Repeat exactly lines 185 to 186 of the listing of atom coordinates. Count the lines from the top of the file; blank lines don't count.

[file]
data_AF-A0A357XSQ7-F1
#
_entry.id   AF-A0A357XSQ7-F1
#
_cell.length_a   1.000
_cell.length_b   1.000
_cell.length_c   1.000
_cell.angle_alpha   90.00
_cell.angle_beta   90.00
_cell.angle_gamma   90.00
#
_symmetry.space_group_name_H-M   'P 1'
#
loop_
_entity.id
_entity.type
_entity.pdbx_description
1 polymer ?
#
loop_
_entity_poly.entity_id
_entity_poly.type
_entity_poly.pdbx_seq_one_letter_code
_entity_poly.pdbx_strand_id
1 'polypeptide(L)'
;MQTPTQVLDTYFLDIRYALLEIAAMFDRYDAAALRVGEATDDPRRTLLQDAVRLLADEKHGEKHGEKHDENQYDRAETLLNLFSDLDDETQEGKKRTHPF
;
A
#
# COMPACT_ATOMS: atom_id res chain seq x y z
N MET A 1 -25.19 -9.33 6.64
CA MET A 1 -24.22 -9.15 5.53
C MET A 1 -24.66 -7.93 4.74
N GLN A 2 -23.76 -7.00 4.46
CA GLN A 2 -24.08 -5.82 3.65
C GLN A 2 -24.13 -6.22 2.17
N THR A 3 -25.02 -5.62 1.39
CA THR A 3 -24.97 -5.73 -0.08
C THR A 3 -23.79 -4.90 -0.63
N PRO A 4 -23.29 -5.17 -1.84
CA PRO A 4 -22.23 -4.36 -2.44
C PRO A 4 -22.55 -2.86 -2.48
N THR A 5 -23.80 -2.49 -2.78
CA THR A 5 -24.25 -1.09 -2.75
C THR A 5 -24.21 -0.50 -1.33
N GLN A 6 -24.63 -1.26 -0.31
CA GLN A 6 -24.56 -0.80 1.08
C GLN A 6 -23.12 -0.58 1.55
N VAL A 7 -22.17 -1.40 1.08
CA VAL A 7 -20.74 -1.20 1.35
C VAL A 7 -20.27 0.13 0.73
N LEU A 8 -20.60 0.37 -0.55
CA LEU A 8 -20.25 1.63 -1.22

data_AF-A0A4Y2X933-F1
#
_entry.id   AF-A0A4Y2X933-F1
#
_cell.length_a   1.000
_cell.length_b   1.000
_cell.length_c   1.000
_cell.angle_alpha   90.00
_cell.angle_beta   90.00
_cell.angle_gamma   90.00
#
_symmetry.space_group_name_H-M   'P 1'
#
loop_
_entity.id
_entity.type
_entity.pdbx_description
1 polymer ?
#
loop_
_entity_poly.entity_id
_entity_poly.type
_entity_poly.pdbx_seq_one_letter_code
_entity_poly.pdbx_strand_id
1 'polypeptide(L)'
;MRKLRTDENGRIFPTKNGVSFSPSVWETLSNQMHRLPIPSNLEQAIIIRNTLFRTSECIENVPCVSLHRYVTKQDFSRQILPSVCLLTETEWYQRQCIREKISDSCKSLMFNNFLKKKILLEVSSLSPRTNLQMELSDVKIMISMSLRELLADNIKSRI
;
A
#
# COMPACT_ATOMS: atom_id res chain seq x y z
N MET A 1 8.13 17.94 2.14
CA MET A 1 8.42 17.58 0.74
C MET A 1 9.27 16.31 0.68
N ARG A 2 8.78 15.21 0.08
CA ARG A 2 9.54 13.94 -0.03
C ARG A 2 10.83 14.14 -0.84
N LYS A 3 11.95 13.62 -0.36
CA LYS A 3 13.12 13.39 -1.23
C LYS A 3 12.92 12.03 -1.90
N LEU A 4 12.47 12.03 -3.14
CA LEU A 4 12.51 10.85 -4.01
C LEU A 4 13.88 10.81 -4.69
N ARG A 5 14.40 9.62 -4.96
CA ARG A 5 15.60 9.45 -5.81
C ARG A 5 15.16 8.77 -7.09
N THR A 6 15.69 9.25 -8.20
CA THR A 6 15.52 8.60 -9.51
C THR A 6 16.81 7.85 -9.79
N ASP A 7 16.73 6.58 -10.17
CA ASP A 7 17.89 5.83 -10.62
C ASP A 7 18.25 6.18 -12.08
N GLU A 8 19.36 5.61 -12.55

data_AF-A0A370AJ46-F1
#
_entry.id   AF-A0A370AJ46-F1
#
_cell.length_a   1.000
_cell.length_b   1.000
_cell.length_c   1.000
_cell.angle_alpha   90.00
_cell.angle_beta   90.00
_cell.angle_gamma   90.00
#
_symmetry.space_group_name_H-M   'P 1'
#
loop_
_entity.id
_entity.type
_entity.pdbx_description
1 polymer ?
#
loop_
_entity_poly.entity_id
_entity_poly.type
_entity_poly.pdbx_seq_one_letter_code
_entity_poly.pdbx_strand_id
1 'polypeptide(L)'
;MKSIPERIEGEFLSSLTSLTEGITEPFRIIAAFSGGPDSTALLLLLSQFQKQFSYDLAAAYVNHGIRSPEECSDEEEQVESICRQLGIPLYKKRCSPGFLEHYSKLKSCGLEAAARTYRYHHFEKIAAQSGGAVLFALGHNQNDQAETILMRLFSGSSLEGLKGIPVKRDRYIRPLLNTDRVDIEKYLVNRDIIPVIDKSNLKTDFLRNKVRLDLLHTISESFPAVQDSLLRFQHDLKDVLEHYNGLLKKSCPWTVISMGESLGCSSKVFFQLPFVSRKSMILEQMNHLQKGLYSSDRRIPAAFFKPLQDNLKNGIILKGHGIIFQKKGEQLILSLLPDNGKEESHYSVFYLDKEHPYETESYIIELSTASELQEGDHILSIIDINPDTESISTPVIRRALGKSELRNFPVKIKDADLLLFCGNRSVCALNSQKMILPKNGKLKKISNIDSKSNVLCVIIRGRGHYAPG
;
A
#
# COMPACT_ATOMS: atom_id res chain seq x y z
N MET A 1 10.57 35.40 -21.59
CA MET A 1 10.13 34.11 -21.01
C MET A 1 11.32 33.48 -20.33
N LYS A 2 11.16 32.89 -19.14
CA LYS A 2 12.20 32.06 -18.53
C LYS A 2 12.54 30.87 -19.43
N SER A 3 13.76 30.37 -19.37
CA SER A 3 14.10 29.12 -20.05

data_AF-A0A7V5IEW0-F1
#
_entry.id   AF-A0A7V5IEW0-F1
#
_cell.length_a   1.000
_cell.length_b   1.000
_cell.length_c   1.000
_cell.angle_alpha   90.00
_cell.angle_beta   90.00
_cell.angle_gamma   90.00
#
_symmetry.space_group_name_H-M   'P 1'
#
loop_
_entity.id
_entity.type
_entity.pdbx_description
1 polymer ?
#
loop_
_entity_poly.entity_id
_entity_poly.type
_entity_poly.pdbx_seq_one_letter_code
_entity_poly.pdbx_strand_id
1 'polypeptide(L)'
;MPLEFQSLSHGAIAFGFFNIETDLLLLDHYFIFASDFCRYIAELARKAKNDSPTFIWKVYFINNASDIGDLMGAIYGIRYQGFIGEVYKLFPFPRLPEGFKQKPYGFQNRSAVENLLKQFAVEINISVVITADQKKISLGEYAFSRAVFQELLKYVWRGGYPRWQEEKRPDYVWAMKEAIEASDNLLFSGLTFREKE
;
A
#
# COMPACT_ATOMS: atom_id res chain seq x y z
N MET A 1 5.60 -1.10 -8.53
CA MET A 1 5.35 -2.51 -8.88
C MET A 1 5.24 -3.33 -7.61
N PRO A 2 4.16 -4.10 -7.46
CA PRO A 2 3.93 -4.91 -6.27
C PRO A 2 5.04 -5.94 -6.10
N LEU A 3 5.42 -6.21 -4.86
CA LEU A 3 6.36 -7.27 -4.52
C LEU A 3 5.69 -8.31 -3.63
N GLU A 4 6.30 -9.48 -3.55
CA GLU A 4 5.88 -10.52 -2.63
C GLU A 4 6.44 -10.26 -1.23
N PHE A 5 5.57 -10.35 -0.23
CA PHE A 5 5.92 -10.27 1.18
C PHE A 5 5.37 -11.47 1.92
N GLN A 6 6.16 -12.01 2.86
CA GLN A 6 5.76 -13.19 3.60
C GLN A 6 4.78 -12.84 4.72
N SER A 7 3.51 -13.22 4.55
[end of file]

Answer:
C GLU A 4 6.44 -10.26 -1.23
N PHE A 5 5.57 -10.35 -0.23